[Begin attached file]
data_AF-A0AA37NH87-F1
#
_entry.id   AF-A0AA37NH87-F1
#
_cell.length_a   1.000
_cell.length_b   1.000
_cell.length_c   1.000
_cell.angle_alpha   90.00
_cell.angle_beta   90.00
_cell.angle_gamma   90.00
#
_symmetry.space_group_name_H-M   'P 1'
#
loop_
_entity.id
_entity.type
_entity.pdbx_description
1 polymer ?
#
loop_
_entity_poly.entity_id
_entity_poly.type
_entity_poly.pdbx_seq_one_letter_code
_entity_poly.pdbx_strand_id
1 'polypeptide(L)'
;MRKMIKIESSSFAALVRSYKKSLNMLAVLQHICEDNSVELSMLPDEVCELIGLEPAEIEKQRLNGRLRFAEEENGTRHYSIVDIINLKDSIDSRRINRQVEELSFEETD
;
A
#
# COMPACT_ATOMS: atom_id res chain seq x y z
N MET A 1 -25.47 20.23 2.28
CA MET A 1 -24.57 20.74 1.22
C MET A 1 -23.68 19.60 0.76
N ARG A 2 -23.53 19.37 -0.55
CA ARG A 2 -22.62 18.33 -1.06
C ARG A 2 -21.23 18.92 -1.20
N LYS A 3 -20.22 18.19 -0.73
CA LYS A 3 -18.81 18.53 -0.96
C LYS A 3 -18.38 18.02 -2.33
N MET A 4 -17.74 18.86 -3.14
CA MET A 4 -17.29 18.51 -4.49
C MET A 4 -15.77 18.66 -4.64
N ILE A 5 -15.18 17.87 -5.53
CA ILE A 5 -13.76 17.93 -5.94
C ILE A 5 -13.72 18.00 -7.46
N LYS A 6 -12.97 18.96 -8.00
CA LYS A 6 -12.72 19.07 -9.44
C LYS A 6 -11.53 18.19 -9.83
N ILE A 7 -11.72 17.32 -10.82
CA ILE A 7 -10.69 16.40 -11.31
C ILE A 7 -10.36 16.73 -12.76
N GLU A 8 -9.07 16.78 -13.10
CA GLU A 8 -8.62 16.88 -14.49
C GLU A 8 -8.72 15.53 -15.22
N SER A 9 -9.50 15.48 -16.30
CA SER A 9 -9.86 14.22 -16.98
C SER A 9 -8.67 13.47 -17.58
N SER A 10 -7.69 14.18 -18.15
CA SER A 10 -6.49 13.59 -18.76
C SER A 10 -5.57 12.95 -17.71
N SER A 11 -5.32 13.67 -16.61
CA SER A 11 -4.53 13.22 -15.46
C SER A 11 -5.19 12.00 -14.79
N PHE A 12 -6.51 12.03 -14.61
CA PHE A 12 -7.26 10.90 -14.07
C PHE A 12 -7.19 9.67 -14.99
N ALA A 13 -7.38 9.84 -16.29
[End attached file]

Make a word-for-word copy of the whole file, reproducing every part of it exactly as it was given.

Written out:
data_AF-A0AA37NH87-F1
#
_entry.id   AF-A0AA37NH87-F1
#
_cell.length_a   1.000
_cell.length_b   1.000
_cell.length_c   1.000
_cell.angle_alpha   90.00
_cell.angle_beta   90.00
_cell.angle_gamma   90.00
#
_symmetry.space_group_name_H-M   'P 1'
#
loop_
_entity.id
_entity.type
_entity.pdbx_description
1 polymer ?
#
loop_
_entity_poly.entity_id
_entity_poly.type
_entity_poly.pdbx_seq_one_letter_code
_entity_poly.pdbx_strand_id
1 'polypeptide(L)'
;MRKMIKIESSSFAALVRSYKKSLNMLAVLQHICEDNSVELSMLPDEVCELIGLEPAEIEKQRLNGRLRFAEEENGTRHYSIVDIINLKDSIDSRRINRQVEELSFEETD
;
A
#
# COMPACT_ATOMS: atom_id res chain seq x y z
N MET A 1 -25.47 20.23 2.28
CA MET A 1 -24.57 20.74 1.22
C MET A 1 -23.68 19.60 0.76
N ARG A 2 -23.53 19.37 -0.55
CA ARG A 2 -22.62 18.33 -1.06
C ARG A 2 -21.23 18.92 -1.20
N LYS A 3 -20.22 18.19 -0.73
CA LYS A 3 -18.81 18.53 -0.96
C LYS A 3 -18.38 18.02 -2.33
N MET A 4 -17.74 18.86 -3.14
CA MET A 4 -17.29 18.51 -4.49
C MET A 4 -15.77 18.66 -4.64
N ILE A 5 -15.18 17.87 -5.53
CA ILE A 5 -13.76 17.93 -5.94
C ILE A 5 -13.72 18.00 -7.46
N LYS A 6 -12.97 18.96 -8.00
CA LYS A 6 -12.72 19.07 -9.44
C LYS A 6 -11.53 18.19 -9.83
N ILE A 7 -11.72 17.32 -10.82
CA ILE A 7 -10.69 16.40 -11.31
C ILE A 7 -10.36 16.73 -12.76
N GLU A 8 -9.07 16.78 -13.10
CA GLU A 8 -8.62 16.88 -14.49
C GLU A 8 -8.72 15.53 -15.22
N SER A 9 -9.50 15.48 -16.30
CA SER A 9 -9.86 14.22 -16.98
C SER A 9 -8.67 13.47 -17.58
N SER A 10 -7.69 14.18 -18.15
CA SER A 10 -6.49 13.59 -18.76
C SER A 10 -5.57 12.95 -17.71
N SER A 11 -5.32 13.67 -16.61
CA SER A 11 -4.53 13.22 -15.46
C SER A 11 -5.19 12.00 -14.79
N PHE A 12 -6.51 12.03 -14.61
CA PHE A 12 -7.26 10.90 -14.07
C PHE A 12 -7.19 9.67 -14.99
N ALA A 13 -7.38 9.84 -16.29